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Iraqi Churches Thrive Despite Escalating Violence
Courtesy of the Christian Post
20 December 2004
By Kenneth Chan

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(ZNDA: Baghdad) In the midst of the turmoil and violence, the church of Jesus Christ in Iraq is vibrant and alive, a Southern Baptist worker said in a recent report published Friday. While attacks by insurgents in the war-torn nation has escalated as its first national elections approaches, Southern Baptists say that the Gospel is being proclaimed and new believers are following the Messiah, gathering for fellowship and discipleship across this land.

"American foreign policy and military might has opened an opportunity for the Gospel in the land of Abraham, Isaac and Jacob," the worker said, as reported by the Baptist Press. "God is moving here, and Southern Baptists are responding."

In a land known for tensions between ethnic groups, Christians gathering for prayer reflect the diversity of Iraq. They include Assyrians, Chaldeans, Arabs, Kurds, and Persians.
According to BP, people are coming to Christ across Iraq. "They often say they are sick of religion. What they crave is a relationship with God, and they find that in Jesus," the news agency reported. "In a land known for tensions between ethnic groups, Christians gathering for prayer reflect the diversity of Iraq. They include Iraqi Arabs, Kurds, Persians, Assyrians and Chaldeans. "

Out of a population of 24.2 million, Christians constitute only three percent for a total number of about 800,000 people in Iraq. They belong to different denominations and rites such as the Assyrian-Nestorian Church, the Syriac-Catholic Church, the Syriac-Orthodox Church; the Armenian Orthodox Church has some members, the Catholic Church about 260,000, 70% following the Chaldean rite.

The largest Christian communities are found in Baghdad and some northern cities like Kirkuk, Irbil, and Mosul (the ancient Nineveh).

"Here in this biblical land, the dust of time is everywhere. It swirls about you," the Southern Baptist worker stated. "Babylon, Ninevah and Ur are ruins, little more than toppled stone and fragments, historical memory. But Medes and Persians, Assyrians and Chaldeans are more than ancient words from an old book. They are very much alive. They are words people use to introduce themselves. It is who they are, their heritage. To walk among them is to walk among living history."

Iraqi Christians can proudly claim a two thousand year presence in Iraq going back to the times of Thomas the Apostle, who many consider to be the father of Christianity in the country.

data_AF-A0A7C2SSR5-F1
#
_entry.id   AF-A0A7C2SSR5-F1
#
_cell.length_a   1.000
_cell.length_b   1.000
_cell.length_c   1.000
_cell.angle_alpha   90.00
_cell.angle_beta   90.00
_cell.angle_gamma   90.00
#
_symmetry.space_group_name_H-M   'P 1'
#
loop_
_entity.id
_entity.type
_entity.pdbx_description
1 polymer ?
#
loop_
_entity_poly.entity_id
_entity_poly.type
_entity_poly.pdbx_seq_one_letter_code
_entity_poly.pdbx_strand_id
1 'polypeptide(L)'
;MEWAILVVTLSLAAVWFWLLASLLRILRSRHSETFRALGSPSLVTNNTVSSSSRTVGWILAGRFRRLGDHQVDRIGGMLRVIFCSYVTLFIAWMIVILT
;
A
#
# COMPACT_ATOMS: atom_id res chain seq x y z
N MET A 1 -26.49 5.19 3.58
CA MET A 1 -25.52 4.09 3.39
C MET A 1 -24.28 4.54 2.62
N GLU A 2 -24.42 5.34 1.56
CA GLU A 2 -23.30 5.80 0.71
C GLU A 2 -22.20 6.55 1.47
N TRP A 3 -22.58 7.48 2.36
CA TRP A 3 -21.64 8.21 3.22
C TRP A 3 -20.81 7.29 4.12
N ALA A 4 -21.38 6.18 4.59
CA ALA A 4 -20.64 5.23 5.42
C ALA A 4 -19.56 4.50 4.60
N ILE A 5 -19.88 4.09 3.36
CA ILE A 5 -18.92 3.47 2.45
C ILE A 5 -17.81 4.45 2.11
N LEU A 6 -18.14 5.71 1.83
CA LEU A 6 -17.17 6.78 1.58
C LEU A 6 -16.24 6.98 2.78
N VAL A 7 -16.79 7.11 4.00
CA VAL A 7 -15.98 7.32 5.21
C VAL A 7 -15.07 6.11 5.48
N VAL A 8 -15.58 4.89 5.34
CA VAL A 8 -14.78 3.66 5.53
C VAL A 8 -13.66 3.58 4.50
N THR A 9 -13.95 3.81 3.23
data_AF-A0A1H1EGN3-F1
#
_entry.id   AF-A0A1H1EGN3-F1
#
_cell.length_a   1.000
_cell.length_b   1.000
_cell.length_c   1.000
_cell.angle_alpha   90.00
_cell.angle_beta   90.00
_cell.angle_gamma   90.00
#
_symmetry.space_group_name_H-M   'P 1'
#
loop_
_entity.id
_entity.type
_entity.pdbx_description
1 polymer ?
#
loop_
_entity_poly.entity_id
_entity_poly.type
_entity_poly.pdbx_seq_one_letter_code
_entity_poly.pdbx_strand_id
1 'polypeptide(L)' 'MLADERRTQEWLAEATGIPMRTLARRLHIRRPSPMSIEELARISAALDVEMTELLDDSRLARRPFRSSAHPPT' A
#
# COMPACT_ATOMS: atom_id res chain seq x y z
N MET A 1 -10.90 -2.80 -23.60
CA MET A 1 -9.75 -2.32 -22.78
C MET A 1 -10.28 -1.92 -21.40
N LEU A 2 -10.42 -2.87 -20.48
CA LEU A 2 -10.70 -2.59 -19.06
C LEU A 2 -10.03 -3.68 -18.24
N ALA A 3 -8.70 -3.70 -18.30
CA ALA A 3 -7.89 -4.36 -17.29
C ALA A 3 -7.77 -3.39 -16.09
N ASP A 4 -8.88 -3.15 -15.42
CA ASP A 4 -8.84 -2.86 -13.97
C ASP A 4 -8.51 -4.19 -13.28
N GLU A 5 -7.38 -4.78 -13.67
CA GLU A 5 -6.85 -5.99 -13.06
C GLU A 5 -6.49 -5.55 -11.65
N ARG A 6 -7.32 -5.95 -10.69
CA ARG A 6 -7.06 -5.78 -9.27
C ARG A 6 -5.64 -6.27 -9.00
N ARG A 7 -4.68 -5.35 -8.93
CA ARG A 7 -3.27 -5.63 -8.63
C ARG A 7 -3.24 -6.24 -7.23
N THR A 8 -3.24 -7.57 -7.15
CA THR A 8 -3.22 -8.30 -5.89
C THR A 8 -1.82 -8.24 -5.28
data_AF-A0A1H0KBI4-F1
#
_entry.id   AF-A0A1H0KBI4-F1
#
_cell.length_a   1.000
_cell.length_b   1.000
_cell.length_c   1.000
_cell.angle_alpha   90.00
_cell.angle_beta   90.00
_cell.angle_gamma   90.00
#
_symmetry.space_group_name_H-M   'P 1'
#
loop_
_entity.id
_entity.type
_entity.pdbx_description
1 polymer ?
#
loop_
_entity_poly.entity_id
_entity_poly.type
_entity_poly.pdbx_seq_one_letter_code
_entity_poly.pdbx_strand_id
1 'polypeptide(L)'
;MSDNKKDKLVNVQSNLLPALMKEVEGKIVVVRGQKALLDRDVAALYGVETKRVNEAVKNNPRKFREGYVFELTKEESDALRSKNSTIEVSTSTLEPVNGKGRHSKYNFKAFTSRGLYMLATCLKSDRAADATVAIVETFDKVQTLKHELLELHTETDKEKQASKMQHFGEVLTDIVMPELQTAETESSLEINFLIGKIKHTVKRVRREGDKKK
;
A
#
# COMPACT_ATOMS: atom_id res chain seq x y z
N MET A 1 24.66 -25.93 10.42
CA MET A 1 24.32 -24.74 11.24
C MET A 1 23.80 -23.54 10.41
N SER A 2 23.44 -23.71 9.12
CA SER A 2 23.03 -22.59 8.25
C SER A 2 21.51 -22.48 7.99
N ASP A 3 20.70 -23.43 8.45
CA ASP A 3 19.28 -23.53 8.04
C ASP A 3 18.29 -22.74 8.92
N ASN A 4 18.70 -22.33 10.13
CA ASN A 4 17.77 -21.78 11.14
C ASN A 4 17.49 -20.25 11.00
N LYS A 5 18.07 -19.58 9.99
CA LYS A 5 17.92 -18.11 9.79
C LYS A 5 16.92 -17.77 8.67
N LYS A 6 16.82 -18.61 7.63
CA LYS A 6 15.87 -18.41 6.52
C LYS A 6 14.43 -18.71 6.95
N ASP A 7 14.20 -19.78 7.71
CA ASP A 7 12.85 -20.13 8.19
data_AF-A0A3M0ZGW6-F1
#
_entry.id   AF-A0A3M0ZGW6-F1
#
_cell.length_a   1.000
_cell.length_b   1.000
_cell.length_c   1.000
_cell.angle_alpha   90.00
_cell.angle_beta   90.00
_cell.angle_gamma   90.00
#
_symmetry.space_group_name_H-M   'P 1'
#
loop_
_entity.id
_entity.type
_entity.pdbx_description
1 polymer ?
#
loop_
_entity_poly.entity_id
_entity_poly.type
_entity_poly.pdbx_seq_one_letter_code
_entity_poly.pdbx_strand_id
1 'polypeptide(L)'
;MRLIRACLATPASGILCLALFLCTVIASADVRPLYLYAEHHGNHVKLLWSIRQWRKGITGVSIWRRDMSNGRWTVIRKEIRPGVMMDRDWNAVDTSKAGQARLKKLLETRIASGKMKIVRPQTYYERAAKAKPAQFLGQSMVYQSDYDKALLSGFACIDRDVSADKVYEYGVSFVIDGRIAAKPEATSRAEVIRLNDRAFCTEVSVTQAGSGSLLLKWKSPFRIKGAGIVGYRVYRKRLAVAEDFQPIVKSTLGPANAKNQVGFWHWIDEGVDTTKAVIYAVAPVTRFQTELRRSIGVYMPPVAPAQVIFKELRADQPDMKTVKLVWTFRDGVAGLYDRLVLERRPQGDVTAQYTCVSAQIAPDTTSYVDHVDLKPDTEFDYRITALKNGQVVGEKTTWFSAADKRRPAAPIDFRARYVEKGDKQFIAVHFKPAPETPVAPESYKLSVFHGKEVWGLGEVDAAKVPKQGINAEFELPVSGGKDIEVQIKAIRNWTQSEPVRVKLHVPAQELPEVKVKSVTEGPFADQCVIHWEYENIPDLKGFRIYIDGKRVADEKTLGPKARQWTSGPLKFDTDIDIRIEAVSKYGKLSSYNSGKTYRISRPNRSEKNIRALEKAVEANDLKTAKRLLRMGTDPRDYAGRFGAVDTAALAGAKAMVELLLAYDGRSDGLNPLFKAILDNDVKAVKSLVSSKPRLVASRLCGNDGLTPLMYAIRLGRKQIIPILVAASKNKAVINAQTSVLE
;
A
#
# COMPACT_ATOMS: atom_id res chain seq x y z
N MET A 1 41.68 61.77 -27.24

"Out of this cultural mix came Abraham, framing his relationship with God, fathering a nation and the lineage of Christ, which is our heritage, too. To be here is to walk through our history, to walk on hallowed ground," the worker added.

Last Monday, during a meeting with Pope John Paul II, Iraq???s Minister of Foreign Affairs vowed that the nation would protect religious freedom, particularly the Iraqi Christian community. According to a Vatican spokesman, the situation in Iraq and the Middle East in general was examined in the course of the conversations.
+Shamasha Paul bar-Shimun de'Beth-Younan
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That is exciting akhi Paul !
I hope to keep our church fellowship praying for Iraq and the spread of the gospel there.

tishboakhtha l'Elaha !

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The blood of the martyrs is the seed of the church.


Muslims in countries where there are many non-Muslims are more tolerant toward other religions and cultures than Muslims in the Arab world who hardly have any interaction whatsoever with people from other faiths. Muslims in Malaysia, Singapore, Indonesia, Southern Thailand can co-exist peacefully with Buddhists, Christians, Hindus, Taoists, etc. Arab Muslims in the Middle East have a lot to learn from their brethren in South East Asia as Malays and Indonesians are generally tolerant and friendly people.

I am sad to see that some Muslim students in this part of the world who went to study in some madrasahs in Pakistan and Saudi Arabia brought back with them the culture of intolerance. The tension that we saw recently in South East Asia (e.g. Indonesia, Southern Thailand, and the plan to bomb train station in Singapore <!-- m --><a class="postlink" href=""> ... 757067.stm</a><!-- m --> ) between Muslims and non-Muslims is due to the extremism imported from the Middle East.
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Amazing that you say that, I am friends with many Indian/Pakistani Muslims (one who is a mentor, a wise old pharmacist at my work) and find them very peace-loving. Even when I do stupid things like "defending myself" with fist and/or mouth they tell me that that isn't the way. A Muslim telling a Christian that violence and confrontation isn't the way. The path is of constant learning and refinement, especially for a naive youngin like me <!-- sBig Grin --><img src="{SMILIES_PATH}/happy.gif" alt="Big Grin" title="Happy" /><!-- sBig Grin -->
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